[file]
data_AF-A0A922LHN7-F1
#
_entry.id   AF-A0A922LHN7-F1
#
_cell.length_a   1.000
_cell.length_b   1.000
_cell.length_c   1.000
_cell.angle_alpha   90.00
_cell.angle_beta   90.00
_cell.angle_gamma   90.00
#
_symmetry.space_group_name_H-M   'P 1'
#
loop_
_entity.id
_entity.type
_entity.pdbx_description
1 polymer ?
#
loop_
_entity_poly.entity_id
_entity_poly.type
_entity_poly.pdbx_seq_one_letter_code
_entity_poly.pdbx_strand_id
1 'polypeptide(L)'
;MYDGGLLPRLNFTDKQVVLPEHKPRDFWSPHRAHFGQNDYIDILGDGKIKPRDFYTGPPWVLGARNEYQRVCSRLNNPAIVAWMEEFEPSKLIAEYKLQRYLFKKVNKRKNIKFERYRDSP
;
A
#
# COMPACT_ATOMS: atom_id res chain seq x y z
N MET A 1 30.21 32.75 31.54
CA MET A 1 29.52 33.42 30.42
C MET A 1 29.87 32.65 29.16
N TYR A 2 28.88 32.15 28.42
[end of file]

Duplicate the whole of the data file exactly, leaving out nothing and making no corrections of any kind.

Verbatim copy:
data_AF-A0A922LHN7-F1
#
_entry.id   AF-A0A922LHN7-F1
#
_cell.length_a   1.000
_cell.length_b   1.000
_cell.length_c   1.000
_cell.angle_alpha   90.00
_cell.angle_beta   90.00
_cell.angle_gamma   90.00
#
_symmetry.space_group_name_H-M   'P 1'
#
loop_
_entity.id
_entity.type
_entity.pdbx_description
1 polymer ?
#
loop_
_entity_poly.entity_id
_entity_poly.type
_entity_poly.pdbx_seq_one_letter_code
_entity_poly.pdbx_strand_id
1 'polypeptide(L)'
;MYDGGLLPRLNFTDKQVVLPEHKPRDFWSPHRAHFGQNDYIDILGDGKIKPRDFYTGPPWVLGARNEYQRVCSRLNNPAIVAWMEEFEPSKLIAEYKLQRYLFKKVNKRKNIKFERYRDSP
;
A
#
# COMPACT_ATOMS: atom_id res chain seq x y z
N MET A 1 30.21 32.75 31.54
CA MET A 1 29.52 33.42 30.42
C MET A 1 29.87 32.65 29.16
N TYR A 2 28.88 32.15 28.42